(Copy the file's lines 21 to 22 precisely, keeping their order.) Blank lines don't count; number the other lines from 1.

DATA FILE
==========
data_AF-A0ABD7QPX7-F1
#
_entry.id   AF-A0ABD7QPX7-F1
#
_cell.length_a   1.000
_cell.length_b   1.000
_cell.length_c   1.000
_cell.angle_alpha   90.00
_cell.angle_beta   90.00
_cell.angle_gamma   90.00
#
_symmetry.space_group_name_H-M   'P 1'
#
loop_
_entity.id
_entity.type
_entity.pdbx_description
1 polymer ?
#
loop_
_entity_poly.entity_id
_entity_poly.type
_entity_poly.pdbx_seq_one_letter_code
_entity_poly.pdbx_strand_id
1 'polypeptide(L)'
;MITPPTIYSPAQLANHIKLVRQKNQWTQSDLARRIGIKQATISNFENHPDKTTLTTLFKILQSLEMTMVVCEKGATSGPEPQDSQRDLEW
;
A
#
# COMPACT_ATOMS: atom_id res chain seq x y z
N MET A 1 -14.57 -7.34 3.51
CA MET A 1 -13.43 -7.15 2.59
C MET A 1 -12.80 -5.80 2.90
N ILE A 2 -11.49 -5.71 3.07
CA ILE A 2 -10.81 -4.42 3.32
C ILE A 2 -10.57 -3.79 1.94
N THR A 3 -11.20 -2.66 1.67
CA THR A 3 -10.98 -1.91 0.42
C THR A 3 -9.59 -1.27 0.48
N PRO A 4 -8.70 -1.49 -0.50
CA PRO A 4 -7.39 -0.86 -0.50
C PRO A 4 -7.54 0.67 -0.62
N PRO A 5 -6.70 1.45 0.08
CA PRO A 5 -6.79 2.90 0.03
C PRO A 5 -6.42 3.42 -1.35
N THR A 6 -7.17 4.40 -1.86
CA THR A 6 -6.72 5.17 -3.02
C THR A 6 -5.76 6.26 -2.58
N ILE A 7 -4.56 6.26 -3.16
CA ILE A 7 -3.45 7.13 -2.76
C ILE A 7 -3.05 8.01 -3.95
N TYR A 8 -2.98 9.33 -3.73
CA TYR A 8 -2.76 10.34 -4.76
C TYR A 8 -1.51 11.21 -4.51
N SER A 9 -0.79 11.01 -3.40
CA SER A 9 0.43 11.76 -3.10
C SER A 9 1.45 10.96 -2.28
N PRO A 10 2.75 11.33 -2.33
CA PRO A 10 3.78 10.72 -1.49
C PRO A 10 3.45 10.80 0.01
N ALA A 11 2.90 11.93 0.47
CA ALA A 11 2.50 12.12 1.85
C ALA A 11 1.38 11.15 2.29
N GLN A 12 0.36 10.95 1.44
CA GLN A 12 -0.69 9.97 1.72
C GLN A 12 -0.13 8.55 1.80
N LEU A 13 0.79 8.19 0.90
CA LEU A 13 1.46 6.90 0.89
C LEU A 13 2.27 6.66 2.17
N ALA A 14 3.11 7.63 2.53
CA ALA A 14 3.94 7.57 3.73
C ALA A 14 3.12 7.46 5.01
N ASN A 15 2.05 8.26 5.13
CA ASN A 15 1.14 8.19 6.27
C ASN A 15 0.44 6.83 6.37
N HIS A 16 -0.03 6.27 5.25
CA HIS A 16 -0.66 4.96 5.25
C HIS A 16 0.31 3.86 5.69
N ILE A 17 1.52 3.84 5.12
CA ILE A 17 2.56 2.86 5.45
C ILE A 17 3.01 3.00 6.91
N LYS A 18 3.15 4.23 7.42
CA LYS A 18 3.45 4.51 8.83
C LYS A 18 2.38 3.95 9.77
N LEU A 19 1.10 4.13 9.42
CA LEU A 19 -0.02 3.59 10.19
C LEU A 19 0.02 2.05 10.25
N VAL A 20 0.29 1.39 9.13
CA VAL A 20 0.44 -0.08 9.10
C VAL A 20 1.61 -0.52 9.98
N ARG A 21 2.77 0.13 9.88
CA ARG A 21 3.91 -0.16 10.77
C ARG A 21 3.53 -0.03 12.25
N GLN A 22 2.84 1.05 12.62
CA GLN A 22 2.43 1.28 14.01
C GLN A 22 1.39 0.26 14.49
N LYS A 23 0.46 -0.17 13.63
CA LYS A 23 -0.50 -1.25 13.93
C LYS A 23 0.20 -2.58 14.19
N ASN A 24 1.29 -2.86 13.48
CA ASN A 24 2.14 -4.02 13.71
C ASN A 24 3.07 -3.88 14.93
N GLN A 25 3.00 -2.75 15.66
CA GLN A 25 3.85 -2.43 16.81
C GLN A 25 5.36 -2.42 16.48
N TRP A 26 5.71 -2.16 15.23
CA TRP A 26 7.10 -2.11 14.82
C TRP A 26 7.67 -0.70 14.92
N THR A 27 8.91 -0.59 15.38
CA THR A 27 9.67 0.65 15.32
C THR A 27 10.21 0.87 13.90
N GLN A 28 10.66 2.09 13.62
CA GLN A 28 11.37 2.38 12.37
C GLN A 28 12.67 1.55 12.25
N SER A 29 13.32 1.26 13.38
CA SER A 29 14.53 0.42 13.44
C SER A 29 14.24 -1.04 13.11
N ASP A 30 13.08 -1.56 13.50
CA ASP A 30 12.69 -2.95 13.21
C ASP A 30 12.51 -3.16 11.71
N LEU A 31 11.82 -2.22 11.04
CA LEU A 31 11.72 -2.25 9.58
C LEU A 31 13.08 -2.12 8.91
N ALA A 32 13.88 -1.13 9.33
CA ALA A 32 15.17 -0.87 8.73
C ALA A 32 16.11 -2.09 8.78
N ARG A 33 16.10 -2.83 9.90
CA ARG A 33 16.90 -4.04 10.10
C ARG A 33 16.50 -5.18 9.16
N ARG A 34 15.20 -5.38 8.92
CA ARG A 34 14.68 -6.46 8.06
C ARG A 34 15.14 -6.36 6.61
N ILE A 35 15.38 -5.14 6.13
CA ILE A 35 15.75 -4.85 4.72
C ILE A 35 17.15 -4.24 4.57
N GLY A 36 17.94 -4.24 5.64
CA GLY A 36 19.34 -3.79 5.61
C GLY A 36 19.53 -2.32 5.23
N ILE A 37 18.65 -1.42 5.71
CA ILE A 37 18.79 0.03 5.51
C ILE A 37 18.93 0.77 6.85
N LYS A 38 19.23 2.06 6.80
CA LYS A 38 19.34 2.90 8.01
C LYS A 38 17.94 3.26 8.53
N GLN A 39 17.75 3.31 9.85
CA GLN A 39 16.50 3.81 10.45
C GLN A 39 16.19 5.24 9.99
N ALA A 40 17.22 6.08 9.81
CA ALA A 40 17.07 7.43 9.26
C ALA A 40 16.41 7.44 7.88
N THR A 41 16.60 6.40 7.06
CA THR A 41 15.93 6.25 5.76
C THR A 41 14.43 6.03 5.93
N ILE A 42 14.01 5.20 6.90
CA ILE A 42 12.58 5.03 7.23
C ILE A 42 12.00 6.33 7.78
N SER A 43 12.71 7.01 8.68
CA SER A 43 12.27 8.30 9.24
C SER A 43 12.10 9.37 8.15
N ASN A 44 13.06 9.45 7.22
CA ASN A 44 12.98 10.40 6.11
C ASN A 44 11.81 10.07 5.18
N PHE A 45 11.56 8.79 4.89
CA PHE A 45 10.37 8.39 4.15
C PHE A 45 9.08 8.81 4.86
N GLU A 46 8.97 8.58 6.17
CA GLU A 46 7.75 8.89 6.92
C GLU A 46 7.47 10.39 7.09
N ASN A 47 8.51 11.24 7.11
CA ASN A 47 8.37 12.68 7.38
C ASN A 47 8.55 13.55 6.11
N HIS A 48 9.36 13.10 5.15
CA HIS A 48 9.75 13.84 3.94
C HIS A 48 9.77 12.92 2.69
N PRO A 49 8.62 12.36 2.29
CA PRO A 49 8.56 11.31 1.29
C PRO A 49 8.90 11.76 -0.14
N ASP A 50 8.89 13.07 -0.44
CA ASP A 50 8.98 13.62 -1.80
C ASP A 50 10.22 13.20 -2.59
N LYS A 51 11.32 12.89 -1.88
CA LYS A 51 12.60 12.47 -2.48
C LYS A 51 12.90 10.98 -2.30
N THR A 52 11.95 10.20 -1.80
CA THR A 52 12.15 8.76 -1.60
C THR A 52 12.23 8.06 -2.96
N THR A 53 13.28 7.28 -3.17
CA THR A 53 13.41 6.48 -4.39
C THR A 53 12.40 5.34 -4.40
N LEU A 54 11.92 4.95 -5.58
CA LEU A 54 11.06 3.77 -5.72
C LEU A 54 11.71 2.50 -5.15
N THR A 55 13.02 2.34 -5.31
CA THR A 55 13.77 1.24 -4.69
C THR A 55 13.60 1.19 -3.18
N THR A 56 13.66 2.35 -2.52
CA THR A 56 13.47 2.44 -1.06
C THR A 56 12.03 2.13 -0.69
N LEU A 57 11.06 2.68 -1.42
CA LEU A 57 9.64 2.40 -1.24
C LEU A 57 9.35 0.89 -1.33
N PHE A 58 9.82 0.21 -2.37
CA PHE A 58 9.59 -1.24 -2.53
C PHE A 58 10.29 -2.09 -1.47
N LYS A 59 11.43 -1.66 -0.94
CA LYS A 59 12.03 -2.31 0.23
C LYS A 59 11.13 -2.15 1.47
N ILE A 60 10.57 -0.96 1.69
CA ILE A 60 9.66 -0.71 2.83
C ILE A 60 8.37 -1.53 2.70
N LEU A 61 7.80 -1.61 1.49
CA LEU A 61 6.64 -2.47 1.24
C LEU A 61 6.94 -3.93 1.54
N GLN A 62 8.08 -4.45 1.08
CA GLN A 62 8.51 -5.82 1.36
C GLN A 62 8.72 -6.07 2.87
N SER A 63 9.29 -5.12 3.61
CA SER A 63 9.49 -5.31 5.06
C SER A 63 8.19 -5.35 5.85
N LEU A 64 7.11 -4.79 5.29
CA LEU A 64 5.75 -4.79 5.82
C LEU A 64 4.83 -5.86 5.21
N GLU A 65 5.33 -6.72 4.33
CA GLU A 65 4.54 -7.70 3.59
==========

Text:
_entity_poly.entity_id
_entity_poly.type